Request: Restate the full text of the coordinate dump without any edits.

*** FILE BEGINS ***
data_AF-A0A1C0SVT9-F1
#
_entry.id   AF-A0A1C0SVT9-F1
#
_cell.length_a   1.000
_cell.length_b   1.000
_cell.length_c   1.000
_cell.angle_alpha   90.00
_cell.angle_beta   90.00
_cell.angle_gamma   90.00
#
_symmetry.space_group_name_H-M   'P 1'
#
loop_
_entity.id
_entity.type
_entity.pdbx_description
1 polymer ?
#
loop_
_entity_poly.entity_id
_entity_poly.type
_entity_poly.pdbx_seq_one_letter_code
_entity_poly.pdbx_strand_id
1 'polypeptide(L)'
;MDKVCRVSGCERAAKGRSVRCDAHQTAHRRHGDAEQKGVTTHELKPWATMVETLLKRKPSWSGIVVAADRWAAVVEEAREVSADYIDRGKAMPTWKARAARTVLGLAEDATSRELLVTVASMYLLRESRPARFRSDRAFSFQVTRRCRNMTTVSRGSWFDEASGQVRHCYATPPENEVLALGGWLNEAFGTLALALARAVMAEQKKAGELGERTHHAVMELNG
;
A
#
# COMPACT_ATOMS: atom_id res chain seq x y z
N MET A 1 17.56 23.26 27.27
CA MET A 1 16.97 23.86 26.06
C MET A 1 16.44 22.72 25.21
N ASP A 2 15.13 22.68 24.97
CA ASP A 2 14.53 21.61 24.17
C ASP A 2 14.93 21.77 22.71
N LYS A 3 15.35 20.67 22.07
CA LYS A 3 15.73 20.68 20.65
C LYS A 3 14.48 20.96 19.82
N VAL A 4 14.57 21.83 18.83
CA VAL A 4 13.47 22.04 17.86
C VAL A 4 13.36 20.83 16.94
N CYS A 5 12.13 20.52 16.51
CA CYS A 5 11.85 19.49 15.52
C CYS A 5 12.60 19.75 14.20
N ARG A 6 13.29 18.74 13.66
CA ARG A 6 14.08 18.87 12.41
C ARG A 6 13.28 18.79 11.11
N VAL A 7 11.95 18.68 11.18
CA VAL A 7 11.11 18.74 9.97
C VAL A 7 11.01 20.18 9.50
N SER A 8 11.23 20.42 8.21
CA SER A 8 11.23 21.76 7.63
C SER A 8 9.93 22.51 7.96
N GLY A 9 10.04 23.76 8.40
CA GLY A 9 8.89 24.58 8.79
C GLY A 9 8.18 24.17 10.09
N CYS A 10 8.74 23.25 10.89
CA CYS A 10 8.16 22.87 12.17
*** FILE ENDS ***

data_AF-A0A1C0SVT9-F1
#
_entry.id   AF-A0A1C0SVT9-F1
#
_cell.length_a   1.000
_cell.length_b   1.000
_cell.length_c   1.000
_cell.angle_alpha   90.00
_cell.angle_beta   90.00
_cell.angle_gamma   90.00
#
_symmetry.space_group_name_H-M   'P 1'
#
loop_
_entity.id
_entity.type
_entity.pdbx_description
1 polymer ?
#
loop_
_entity_poly.entity_id
_entity_poly.type
_entity_poly.pdbx_seq_one_letter_code
_entity_poly.pdbx_strand_id
1 'polypeptide(L)'
;MDKVCRVSGCERAAKGRSVRCDAHQTAHRRHGDAEQKGVTTHELKPWATMVETLLKRKPSWSGIVVAADRWAAVVEEAREVSADYIDRGKAMPTWKARAARTVLGLAEDATSRELLVTVASMYLLRESRPARFRSDRAFSFQVTRRCRNMTTVSRGSWFDEASGQVRHCYATPPENEVLALGGWLNEAFGTLALALARAVMAEQKKAGELGERTHHAVMELNG
;
A
#
# COMPACT_ATOMS: atom_id res chain seq x y z
N MET A 1 17.56 23.26 27.27
CA MET A 1 16.97 23.86 26.06
C MET A 1 16.44 22.72 25.21
N ASP A 2 15.13 22.68 24.97
CA ASP A 2 14.53 21.61 24.17
C ASP A 2 14.93 21.77 22.71
N LYS A 3 15.35 20.67 22.07
CA LYS A 3 15.73 20.68 20.65
C LYS A 3 14.48 20.96 19.82
N VAL A 4 14.57 21.83 18.83
CA VAL A 4 13.47 22.04 17.86
C VAL A 4 13.36 20.83 16.94
N CYS A 5 12.13 20.52 16.51
CA CYS A 5 11.85 19.49 15.52
C CYS A 5 12.60 19.75 14.20
N ARG A 6 13.29 18.74 13.66
CA ARG A 6 14.08 18.87 12.41
C ARG A 6 13.28 18.79 11.11
N VAL A 7 11.95 18.68 11.18
CA VAL A 7 11.11 18.74 9.97
C VAL A 7 11.01 20.18 9.50
N SER A 8 11.23 20.42 8.21
CA SER A 8 11.23 21.76 7.63
C SER A 8 9.93 22.51 7.96
N GLY A 9 10.04 23.76 8.40
CA GLY A 9 8.89 24.58 8.79
C GLY A 9 8.18 24.17 10.09
N CYS A 10 8.74 23.25 10.89
CA CYS A 10 8.16 22.87 12.17